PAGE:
clock menu more-arrow no yes mobile

Filed under:

Twins hand out 11 walks en route to 9-4 loss

I'll be honest: I turned it off.

Lance Iversen-USA TODAY Sports

I turned off Trevor May's Major League debut. I mean, he was done pitching by that point, but still. After Samuel Deduno's second walk in the third inning - already the eighth of the game - I had to ask myself: what's in it for me? And other than appreciating the machine that is the Oakland Athletics, I came up empty. And I wasn't wanted to appreciate the opposition last night.

Coco Crisp led of the game for the Athletics and swung at Trevor May's first pitch as a Major Leaguer. He fouled out as Trevor Plouffe chased the ball towards the distant seats behind third base, ultimately making a nice over-the-shoulder catch, but it was an auspicious start. Swinging on the first pitch from a pitcher making his debut probably isn't what you would anticipate, and it turns out there was a good reason for that.

Everything in the strike zone looked hittable. And if it wasn't in the strike zone, nobody swung. Well, okay, somebody swung at one pitch outside of the strike zone, but them's ain't good odds, kids.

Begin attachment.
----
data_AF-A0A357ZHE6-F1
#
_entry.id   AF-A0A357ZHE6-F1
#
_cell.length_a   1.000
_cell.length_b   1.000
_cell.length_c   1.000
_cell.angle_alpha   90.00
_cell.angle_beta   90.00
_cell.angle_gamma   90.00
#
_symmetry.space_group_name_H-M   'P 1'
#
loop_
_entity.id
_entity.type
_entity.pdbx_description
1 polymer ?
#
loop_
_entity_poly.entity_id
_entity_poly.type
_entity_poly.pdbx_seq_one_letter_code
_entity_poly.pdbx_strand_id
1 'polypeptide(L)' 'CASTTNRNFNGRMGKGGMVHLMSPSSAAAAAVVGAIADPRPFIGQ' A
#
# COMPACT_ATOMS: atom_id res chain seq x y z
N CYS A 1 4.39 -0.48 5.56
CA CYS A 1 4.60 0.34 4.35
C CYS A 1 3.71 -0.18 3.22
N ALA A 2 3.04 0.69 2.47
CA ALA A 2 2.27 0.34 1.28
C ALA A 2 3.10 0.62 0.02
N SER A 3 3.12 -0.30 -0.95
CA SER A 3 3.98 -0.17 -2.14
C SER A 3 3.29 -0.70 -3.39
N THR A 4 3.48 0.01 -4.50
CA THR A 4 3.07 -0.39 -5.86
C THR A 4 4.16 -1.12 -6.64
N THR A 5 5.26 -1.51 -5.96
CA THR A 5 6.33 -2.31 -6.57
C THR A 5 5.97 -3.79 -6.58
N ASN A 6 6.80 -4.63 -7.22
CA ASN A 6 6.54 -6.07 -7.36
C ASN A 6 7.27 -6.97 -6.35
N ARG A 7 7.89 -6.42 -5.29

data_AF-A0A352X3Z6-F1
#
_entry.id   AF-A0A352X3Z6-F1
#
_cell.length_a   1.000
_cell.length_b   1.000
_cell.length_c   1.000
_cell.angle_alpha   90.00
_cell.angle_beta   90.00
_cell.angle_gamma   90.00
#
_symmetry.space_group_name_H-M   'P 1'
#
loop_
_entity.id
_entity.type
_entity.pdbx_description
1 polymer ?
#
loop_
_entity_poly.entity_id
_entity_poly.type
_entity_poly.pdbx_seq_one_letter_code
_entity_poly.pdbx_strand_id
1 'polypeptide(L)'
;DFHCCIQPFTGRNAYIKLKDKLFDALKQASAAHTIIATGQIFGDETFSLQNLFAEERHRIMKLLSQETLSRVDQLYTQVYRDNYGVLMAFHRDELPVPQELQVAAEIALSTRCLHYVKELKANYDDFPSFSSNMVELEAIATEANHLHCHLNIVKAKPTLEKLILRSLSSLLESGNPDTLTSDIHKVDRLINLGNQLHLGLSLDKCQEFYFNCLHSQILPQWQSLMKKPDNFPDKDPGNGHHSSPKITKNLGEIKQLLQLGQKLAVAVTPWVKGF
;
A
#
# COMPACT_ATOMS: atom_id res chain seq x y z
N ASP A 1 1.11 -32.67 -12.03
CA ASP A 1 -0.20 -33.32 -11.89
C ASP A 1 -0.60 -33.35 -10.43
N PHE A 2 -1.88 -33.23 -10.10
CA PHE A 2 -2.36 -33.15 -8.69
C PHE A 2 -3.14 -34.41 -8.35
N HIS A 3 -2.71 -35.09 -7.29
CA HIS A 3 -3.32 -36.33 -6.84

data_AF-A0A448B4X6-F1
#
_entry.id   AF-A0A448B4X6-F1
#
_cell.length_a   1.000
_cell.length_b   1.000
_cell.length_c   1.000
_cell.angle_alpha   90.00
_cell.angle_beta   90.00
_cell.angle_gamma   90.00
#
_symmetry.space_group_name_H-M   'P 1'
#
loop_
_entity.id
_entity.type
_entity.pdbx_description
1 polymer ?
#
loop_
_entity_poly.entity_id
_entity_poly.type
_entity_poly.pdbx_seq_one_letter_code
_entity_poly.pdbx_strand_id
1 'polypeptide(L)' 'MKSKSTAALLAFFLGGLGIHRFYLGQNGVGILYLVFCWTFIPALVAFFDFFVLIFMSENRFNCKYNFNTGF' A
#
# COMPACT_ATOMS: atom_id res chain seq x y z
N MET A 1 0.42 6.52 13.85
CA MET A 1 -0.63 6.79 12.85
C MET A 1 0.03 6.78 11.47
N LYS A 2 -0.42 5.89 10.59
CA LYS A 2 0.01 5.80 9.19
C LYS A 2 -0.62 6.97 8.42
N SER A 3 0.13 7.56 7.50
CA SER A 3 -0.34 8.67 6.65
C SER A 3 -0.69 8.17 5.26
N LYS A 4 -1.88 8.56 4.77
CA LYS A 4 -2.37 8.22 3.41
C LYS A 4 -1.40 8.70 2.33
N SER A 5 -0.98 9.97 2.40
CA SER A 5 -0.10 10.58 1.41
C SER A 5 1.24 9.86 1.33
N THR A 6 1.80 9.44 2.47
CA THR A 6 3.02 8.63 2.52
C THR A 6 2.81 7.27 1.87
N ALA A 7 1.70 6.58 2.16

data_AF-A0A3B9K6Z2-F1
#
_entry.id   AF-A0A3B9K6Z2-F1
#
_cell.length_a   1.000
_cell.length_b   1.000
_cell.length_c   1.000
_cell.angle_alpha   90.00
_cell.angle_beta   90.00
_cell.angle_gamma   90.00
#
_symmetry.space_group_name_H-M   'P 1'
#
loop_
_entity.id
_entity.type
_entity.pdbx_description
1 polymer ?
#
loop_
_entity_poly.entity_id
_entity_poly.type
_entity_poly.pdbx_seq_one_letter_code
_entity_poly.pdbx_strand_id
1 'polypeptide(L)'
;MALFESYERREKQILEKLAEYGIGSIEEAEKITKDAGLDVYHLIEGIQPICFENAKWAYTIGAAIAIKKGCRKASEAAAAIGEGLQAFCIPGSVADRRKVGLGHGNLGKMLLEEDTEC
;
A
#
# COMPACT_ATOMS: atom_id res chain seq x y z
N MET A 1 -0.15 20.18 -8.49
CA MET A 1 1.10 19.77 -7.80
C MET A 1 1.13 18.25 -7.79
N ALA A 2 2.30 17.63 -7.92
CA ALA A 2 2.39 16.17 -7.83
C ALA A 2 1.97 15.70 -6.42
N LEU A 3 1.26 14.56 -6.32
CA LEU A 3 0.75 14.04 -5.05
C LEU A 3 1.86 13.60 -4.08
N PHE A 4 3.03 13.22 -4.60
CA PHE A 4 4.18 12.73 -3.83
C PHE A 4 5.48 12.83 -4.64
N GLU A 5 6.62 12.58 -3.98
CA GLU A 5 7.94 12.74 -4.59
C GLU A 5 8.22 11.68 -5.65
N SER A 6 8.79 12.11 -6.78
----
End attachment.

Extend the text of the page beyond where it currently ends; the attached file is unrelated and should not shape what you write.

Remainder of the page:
After getting Crisp on the first pitch of the game, May's opposition went single-double-walk-walk, with the second walk forcing in a run. Josh Reddick then flew out to medium-deep left field, and Josh Willingham made an on-target throw to Eric Fryer, who put down the tag on Josh Donaldon. The Twins came out of the first tied at one.

May got the first two batters of the second inning to fly out, and then imploded once again. He walked three consecutive batters on a total of 13 pitches (yep) before Donaldson pushed through a two-run single. Brandon Moss was the fourth walk of the inning, re-loading the bases, and then Derek Norris walked, forcing in a run on a free pass for the second time in as many innings.

Danny Santana scored on a fielder's choice in the fifth, but Deduno served up a two-run homer to Stephen Vogt in the bottom half. Norris added a three-run shot off of Anthony Swarzak in the seventh. The Twins got a couple back in the eighth but it was far too little, far too late. It was a 9-4 drubbing, and to be honest I'm surprised to have caught the highlights when I got home and saw it was as close as it was.

May faced 15 batters in his two innings of work, walked seven of them and gave up four hits on top. His four runs, and Deduno's five runs in three innings, gave Oakland the easy victory.

The Twins, obviously disenfranchised with the efforts of the game's pitchers, then traded a pitcher who wasn't responsible for the humiliating performance. More on that coming up this morning.


What? Oh, fine...

Ryan Pressly
Danny Santana
Brian Dozier
Jordan Schafer


Trevor May
Samuel Deduno